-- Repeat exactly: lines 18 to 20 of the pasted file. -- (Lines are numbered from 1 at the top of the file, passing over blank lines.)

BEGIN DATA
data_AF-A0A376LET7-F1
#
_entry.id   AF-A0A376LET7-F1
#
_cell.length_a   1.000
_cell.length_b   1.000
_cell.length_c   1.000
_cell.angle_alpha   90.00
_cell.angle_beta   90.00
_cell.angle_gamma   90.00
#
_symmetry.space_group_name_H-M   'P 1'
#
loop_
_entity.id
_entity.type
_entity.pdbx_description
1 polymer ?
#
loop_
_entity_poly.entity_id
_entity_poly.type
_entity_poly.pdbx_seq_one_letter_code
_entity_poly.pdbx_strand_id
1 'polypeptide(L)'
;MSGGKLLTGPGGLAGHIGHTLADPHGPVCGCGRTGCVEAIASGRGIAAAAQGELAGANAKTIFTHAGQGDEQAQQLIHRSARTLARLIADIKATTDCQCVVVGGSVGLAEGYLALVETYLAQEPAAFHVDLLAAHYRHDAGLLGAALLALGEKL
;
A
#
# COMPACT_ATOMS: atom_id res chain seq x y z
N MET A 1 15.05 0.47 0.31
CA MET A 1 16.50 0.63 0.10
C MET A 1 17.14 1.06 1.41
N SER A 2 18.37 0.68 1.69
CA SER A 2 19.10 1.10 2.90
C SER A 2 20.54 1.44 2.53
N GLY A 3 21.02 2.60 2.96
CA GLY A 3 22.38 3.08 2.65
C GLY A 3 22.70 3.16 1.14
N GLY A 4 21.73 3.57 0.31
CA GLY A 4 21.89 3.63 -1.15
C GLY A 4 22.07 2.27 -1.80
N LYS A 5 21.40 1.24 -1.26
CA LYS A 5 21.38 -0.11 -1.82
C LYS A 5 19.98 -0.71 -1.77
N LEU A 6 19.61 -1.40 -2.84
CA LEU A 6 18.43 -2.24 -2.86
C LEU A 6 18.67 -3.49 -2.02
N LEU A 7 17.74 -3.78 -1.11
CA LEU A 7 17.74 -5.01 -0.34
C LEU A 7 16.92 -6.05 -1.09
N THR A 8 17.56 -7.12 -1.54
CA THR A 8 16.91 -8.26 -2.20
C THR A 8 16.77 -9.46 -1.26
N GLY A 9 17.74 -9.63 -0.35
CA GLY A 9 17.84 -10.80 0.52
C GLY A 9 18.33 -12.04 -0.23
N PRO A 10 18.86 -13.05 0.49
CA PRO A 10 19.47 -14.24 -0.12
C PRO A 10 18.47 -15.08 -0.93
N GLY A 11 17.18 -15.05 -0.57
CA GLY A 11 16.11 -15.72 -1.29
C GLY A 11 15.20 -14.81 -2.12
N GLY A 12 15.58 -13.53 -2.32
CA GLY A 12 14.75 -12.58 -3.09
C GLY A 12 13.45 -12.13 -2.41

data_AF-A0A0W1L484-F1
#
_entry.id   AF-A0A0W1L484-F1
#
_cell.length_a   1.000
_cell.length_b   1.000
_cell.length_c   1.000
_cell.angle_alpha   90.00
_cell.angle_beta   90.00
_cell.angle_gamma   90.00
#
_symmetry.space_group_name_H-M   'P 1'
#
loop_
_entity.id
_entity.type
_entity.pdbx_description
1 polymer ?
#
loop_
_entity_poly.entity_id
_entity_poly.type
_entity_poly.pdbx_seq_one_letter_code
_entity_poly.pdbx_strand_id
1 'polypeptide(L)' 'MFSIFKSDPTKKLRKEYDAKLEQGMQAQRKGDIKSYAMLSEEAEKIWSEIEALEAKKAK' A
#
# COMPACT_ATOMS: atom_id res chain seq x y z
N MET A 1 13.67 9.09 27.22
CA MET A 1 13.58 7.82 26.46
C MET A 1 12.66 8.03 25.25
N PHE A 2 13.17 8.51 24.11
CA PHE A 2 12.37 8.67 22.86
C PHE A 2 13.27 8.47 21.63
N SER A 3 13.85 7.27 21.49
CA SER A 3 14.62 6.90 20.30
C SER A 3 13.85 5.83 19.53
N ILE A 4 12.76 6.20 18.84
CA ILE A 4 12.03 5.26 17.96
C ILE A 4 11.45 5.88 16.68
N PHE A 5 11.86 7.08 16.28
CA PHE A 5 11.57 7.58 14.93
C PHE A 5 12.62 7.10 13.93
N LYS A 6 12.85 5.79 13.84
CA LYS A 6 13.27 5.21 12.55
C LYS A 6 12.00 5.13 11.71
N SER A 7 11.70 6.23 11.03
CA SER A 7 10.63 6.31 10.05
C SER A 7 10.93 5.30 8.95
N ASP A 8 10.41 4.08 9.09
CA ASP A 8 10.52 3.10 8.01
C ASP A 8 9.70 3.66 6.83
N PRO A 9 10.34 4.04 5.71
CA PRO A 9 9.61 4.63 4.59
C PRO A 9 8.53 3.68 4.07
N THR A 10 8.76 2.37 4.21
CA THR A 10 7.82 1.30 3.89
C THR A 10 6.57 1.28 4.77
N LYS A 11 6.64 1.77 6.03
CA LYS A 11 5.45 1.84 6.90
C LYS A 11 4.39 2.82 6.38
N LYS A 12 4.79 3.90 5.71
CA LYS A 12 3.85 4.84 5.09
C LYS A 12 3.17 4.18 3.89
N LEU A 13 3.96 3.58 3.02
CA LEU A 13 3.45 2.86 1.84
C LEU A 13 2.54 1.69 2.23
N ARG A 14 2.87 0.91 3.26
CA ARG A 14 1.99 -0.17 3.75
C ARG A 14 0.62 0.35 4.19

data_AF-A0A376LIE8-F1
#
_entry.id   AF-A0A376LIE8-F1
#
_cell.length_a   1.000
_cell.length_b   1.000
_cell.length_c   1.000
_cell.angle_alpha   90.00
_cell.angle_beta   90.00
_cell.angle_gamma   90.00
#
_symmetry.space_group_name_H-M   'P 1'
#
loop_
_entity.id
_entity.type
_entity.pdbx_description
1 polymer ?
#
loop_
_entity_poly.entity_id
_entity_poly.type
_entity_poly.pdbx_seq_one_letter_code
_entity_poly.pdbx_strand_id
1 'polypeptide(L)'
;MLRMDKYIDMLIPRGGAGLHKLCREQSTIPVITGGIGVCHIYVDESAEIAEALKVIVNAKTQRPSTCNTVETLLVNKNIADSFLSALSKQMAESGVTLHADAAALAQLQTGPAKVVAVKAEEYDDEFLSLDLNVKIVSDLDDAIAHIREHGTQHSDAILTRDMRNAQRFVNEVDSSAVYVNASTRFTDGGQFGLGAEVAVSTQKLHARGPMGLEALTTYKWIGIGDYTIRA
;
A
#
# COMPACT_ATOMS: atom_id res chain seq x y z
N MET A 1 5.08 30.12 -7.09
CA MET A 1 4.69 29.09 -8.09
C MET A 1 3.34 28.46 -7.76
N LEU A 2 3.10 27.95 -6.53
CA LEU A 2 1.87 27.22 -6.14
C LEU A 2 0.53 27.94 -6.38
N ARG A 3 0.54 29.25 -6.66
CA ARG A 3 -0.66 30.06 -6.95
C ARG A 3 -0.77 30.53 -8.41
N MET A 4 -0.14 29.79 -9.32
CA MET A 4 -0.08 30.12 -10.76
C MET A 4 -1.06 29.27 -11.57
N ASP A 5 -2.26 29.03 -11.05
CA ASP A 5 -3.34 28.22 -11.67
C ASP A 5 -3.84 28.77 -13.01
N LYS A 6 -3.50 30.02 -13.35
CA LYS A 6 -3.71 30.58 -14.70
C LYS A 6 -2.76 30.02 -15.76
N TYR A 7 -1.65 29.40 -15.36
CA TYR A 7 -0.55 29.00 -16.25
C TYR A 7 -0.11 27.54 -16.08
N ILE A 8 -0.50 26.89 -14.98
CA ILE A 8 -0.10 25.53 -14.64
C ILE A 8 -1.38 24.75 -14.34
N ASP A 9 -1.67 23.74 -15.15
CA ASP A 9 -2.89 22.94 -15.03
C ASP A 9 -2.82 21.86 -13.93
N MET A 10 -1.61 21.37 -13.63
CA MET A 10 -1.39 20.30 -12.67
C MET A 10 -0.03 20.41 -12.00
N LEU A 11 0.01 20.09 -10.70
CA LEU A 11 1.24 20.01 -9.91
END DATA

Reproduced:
1 polymer ?
#
loop_